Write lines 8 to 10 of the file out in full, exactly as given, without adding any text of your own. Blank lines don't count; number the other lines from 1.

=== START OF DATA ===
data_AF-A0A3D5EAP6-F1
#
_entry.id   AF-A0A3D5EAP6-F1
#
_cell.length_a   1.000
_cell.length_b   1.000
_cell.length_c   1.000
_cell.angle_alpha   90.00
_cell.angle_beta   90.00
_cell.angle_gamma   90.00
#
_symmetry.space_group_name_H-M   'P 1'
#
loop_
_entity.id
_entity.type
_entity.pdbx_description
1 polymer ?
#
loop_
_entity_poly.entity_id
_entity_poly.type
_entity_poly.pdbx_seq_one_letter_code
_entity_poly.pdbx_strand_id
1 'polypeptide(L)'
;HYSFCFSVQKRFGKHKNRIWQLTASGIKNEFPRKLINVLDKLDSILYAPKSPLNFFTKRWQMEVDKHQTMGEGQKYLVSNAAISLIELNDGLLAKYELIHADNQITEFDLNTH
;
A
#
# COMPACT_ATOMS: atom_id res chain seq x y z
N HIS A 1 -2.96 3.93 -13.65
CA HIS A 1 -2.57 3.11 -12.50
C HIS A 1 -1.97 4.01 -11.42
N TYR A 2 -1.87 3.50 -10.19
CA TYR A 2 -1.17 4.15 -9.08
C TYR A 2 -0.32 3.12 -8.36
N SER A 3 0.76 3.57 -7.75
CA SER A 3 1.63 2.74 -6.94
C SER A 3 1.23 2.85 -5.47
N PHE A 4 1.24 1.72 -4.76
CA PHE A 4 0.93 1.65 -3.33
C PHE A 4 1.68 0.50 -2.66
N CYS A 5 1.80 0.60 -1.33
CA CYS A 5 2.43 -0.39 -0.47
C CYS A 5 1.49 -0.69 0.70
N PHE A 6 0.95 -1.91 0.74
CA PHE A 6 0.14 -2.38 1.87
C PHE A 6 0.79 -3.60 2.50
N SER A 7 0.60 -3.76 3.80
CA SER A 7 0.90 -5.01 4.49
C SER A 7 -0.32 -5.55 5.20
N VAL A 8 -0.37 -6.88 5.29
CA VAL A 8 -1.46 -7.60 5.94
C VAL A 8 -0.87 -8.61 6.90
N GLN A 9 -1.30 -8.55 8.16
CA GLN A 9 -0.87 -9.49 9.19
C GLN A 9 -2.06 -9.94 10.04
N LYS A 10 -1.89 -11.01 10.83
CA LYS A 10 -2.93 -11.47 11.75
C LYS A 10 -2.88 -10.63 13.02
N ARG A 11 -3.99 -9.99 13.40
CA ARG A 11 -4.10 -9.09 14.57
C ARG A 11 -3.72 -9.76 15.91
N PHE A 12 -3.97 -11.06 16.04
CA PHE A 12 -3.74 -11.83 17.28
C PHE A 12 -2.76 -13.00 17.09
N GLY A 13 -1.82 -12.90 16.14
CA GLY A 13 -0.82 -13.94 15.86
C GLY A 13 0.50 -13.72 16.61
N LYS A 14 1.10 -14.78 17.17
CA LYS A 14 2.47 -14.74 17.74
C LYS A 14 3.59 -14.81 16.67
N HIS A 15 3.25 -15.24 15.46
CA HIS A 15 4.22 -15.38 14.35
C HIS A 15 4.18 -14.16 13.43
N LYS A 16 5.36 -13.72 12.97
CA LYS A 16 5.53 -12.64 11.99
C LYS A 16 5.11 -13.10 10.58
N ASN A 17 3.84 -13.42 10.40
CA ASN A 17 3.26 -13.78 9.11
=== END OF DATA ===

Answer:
_cell.angle_alpha   90.00
_cell.angle_beta   90.00
_cell.angle_gamma   90.00